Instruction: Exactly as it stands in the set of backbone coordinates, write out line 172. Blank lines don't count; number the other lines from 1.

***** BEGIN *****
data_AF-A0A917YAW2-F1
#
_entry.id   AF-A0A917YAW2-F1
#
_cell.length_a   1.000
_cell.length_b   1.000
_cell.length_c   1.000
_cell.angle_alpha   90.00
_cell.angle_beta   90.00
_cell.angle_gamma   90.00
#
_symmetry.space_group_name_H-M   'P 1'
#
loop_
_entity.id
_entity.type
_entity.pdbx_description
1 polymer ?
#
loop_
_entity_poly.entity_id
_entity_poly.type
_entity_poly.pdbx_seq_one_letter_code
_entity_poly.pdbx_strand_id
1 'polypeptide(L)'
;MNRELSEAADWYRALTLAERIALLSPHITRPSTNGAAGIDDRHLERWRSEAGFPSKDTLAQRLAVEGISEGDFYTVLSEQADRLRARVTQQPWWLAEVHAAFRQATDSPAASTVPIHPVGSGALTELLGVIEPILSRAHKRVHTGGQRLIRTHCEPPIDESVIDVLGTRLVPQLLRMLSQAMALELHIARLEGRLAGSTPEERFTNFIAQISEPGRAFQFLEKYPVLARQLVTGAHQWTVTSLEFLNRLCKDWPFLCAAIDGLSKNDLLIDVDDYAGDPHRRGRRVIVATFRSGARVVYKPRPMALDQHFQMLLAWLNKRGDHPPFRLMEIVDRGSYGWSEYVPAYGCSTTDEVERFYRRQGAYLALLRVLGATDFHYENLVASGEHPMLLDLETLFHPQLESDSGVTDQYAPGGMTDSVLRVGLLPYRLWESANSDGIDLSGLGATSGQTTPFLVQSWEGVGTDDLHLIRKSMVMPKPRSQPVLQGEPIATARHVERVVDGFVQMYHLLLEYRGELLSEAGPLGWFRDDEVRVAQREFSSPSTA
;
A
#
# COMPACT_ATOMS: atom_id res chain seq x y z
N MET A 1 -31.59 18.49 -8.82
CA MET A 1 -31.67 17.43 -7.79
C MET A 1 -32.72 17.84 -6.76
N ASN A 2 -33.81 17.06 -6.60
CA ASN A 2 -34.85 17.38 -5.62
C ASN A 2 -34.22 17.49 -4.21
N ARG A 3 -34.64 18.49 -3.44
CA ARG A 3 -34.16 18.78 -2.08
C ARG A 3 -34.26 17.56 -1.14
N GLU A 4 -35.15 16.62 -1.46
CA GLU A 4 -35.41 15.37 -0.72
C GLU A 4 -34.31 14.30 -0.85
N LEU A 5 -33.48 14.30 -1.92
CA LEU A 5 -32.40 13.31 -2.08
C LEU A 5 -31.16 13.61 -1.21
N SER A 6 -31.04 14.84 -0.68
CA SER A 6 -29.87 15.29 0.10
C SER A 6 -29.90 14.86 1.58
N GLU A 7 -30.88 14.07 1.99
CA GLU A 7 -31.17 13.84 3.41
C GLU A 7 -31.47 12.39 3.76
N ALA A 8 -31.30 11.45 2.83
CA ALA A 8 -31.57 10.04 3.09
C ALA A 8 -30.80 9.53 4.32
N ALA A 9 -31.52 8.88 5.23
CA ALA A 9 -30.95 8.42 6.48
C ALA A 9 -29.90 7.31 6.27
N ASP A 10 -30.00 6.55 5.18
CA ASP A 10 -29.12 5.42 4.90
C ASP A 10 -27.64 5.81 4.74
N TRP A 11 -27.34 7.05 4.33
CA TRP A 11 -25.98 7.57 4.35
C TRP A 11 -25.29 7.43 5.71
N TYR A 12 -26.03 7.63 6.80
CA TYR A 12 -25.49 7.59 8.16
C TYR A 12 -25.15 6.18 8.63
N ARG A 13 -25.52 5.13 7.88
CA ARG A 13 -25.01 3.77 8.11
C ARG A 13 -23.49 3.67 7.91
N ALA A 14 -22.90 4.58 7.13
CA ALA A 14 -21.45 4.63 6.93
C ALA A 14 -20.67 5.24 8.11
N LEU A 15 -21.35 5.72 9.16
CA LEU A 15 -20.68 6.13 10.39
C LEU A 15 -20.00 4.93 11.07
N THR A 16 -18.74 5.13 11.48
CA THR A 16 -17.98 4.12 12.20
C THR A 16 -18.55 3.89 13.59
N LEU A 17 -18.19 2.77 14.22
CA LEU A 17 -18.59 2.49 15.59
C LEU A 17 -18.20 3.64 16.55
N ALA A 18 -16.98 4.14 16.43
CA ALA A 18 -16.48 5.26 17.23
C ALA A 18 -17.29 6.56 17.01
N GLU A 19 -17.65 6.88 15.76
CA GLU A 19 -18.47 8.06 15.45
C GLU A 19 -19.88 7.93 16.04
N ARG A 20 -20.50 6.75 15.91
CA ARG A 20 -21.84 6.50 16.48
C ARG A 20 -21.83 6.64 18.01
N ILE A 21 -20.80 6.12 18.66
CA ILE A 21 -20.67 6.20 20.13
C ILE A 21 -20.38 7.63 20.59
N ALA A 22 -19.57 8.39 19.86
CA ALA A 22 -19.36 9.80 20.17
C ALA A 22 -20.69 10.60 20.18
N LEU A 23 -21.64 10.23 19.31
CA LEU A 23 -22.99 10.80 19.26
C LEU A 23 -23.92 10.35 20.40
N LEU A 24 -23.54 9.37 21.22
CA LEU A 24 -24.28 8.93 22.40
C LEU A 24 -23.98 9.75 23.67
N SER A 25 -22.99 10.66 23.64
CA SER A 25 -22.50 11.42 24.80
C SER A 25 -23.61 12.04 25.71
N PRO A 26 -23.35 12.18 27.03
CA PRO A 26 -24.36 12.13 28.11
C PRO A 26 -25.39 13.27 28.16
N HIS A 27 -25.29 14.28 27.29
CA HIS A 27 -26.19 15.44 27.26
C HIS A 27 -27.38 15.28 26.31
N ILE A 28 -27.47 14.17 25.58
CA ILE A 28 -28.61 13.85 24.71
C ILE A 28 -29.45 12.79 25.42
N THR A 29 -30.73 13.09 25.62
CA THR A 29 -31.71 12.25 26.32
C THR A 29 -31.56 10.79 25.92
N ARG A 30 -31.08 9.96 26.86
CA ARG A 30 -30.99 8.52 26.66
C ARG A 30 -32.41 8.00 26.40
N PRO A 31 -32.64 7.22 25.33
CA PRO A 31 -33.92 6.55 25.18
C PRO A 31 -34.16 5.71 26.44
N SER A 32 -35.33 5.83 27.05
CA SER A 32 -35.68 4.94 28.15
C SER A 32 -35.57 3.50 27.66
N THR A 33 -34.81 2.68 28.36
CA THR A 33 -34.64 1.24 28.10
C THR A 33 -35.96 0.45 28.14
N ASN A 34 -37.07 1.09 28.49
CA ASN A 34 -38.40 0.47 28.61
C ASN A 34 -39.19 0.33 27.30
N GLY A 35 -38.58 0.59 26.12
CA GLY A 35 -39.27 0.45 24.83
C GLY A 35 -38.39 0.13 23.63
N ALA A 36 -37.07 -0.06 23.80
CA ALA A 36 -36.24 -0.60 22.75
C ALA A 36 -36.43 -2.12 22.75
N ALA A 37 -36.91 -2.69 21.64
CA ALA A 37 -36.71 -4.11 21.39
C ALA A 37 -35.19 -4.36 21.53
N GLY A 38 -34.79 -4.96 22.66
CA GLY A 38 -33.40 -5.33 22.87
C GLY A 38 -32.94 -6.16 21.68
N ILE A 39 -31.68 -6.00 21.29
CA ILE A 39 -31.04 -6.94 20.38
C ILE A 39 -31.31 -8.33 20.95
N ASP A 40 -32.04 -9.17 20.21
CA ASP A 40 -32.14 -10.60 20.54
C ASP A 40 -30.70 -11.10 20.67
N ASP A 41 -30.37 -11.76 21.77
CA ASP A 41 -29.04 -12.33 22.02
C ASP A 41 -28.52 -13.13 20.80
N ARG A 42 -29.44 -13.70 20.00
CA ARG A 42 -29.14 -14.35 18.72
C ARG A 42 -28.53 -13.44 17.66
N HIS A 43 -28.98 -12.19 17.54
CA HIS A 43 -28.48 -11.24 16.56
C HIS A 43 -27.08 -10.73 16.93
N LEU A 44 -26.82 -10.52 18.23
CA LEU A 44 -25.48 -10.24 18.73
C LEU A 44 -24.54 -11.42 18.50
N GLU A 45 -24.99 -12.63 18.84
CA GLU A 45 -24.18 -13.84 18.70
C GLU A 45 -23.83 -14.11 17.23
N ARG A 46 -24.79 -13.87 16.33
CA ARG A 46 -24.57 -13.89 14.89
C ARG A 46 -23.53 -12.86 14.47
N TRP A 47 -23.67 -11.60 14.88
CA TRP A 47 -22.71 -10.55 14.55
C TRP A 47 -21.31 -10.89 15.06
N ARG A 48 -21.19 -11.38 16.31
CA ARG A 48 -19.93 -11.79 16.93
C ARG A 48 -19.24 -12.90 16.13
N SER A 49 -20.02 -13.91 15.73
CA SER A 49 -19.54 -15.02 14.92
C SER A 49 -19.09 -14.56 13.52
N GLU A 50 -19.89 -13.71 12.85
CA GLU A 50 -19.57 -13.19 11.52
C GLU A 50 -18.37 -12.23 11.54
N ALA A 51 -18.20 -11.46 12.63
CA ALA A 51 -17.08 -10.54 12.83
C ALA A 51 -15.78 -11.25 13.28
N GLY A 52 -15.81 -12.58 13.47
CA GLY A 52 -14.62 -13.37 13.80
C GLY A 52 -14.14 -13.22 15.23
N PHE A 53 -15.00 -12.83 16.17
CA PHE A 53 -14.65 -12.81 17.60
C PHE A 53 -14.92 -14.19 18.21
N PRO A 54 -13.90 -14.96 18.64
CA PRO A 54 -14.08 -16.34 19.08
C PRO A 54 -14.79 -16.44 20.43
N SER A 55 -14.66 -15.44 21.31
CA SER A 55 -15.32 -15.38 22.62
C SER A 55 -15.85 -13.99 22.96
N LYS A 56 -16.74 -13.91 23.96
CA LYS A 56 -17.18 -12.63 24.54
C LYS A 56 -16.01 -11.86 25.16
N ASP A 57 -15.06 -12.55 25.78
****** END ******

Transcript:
N ARG A 48 -21.19 -11.38 16.31